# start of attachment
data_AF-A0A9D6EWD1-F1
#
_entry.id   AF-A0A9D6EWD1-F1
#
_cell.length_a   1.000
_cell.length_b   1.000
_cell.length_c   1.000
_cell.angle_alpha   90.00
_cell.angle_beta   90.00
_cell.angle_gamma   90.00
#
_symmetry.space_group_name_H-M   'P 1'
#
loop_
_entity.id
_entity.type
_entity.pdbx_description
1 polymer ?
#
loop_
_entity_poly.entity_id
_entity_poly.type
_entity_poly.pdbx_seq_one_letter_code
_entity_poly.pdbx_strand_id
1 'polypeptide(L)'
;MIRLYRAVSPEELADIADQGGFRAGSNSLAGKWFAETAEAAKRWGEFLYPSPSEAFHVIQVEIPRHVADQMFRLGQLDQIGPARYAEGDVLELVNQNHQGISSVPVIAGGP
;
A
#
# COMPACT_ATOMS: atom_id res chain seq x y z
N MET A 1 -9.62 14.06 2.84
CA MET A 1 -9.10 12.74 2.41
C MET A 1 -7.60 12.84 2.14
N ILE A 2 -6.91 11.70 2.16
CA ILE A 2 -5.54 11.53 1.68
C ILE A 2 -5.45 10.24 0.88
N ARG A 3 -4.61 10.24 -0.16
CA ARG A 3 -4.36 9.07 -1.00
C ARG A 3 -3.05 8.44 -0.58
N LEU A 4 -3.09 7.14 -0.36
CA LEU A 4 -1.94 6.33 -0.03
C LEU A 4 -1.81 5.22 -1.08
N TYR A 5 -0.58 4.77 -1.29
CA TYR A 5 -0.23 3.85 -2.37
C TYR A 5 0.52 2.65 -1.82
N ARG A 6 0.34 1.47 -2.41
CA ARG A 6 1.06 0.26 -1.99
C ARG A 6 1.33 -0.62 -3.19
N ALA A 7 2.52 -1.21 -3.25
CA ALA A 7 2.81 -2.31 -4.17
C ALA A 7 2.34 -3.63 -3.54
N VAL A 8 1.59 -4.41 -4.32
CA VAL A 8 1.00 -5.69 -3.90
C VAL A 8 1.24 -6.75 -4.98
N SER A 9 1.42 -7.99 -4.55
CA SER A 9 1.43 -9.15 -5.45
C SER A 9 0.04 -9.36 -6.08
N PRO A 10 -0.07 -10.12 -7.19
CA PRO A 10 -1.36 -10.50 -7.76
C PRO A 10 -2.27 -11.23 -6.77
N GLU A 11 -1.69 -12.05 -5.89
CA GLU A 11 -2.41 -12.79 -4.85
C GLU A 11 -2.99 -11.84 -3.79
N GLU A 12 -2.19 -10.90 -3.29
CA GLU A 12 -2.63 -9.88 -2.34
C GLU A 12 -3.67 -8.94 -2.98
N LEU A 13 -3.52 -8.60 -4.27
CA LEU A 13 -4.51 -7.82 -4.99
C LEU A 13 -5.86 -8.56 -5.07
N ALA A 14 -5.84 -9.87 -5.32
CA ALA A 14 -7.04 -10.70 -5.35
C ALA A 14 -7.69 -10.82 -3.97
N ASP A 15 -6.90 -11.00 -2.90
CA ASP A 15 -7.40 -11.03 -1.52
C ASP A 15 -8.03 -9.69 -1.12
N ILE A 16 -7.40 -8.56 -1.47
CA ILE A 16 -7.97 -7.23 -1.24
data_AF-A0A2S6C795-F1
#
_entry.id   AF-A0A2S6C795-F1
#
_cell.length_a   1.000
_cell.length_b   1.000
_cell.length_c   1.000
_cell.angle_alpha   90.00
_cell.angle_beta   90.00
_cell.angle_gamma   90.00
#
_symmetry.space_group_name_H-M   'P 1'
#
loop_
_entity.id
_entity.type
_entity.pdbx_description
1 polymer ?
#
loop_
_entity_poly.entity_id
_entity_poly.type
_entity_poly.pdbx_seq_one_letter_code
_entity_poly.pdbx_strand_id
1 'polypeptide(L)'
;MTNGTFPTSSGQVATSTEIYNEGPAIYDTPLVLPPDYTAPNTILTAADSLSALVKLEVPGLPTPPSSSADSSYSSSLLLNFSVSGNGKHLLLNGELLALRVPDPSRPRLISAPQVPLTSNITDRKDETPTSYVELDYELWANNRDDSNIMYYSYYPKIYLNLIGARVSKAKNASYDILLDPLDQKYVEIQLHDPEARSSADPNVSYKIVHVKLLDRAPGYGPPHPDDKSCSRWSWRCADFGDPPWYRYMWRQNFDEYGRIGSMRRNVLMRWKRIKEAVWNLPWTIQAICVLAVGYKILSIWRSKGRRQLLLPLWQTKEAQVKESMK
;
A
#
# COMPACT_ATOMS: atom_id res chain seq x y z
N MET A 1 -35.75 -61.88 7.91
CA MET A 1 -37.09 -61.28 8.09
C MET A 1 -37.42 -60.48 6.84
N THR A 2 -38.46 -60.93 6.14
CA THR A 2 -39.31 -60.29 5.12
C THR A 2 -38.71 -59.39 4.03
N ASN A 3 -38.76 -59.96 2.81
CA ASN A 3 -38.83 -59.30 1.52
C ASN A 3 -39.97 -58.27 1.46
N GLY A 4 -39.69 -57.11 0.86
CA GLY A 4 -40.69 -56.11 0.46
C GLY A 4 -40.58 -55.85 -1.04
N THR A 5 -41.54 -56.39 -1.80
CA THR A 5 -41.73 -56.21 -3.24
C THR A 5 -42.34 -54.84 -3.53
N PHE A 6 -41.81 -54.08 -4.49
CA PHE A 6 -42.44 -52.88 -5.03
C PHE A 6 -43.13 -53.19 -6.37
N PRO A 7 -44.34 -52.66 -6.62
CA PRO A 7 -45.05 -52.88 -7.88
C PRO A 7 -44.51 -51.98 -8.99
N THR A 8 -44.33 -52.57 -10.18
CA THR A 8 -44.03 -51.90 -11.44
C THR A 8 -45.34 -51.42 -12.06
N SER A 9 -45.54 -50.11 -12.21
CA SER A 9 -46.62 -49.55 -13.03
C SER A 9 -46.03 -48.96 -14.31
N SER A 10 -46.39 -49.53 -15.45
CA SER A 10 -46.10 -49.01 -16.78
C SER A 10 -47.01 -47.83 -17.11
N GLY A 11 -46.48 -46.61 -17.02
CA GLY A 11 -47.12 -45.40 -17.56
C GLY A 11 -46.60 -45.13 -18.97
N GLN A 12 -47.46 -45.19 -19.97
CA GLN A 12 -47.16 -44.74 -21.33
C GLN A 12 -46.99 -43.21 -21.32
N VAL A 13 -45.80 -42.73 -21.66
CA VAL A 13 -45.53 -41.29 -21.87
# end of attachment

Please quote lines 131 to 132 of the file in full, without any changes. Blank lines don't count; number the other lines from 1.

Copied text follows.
C THR A 8 -45.34 -51.42 -12.06
N SER A 9 -45.54 -50.11 -12.21